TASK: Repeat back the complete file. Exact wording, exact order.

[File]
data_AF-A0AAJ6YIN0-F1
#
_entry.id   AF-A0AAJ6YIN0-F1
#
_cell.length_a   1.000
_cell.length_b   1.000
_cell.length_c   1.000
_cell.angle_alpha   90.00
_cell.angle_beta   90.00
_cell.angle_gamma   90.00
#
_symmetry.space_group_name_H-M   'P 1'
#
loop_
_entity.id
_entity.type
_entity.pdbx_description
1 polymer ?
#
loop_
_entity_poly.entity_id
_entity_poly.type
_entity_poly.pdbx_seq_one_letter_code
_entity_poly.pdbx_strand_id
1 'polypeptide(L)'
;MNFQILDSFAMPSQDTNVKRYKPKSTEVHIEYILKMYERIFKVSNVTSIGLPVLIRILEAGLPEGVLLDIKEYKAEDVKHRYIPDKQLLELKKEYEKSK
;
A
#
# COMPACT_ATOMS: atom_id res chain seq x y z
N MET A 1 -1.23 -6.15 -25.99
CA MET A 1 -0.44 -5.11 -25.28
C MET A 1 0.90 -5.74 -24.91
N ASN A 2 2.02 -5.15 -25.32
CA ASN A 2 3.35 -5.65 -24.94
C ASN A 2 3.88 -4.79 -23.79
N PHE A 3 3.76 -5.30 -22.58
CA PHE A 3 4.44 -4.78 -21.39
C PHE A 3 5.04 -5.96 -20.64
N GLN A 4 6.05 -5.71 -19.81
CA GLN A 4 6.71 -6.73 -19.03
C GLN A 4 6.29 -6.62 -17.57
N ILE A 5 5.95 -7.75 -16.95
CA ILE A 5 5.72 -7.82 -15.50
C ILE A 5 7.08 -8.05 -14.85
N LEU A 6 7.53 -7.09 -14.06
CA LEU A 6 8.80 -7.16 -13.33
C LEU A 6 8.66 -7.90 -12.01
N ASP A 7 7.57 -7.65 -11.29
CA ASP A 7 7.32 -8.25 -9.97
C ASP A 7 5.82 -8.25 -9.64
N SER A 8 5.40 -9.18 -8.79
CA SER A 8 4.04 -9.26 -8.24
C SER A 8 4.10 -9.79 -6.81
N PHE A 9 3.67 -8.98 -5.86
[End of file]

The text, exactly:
data_AF-A0AAJ6YIN0-F1
#
_entry.id   AF-A0AAJ6YIN0-F1
#
_cell.length_a   1.000
_cell.length_b   1.000
_cell.length_c   1.000
_cell.angle_alpha   90.00
_cell.angle_beta   90.00
_cell.angle_gamma   90.00
#
_symmetry.space_group_name_H-M   'P 1'
#
loop_
_entity.id
_entity.type
_entity.pdbx_description
1 polymer ?
#
loop_
_entity_poly.entity_id
_entity_poly.type
_entity_poly.pdbx_seq_one_letter_code
_entity_poly.pdbx_strand_id
1 'polypeptide(L)'
;MNFQILDSFAMPSQDTNVKRYKPKSTEVHIEYILKMYERIFKVSNVTSIGLPVLIRILEAGLPEGVLLDIKEYKAEDVKHRYIPDKQLLELKKEYEKSK
;
A
#
# COMPACT_ATOMS: atom_id res chain seq x y z
N MET A 1 -1.23 -6.15 -25.99
CA MET A 1 -0.44 -5.11 -25.28
C MET A 1 0.90 -5.74 -24.91
N ASN A 2 2.02 -5.15 -25.32
CA ASN A 2 3.35 -5.65 -24.94
C ASN A 2 3.88 -4.79 -23.79
N PHE A 3 3.76 -5.30 -22.58
CA PHE A 3 4.44 -4.78 -21.39
C PHE A 3 5.04 -5.96 -20.64
N GLN A 4 6.05 -5.71 -19.81
CA GLN A 4 6.71 -6.73 -19.03
C GLN A 4 6.29 -6.62 -17.57
N ILE A 5 5.95 -7.75 -16.95
CA ILE A 5 5.72 -7.82 -15.50
C ILE A 5 7.08 -8.05 -14.85
N LEU A 6 7.53 -7.09 -14.06
CA LEU A 6 8.80 -7.16 -13.33
C LEU A 6 8.66 -7.90 -12.01
N ASP A 7 7.57 -7.65 -11.29
CA ASP A 7 7.32 -8.25 -9.97
C ASP A 7 5.82 -8.25 -9.64
N SER A 8 5.40 -9.18 -8.79
CA SER A 8 4.04 -9.26 -8.24
C SER A 8 4.10 -9.79 -6.81
N PHE A 9 3.67 -8.98 -5.86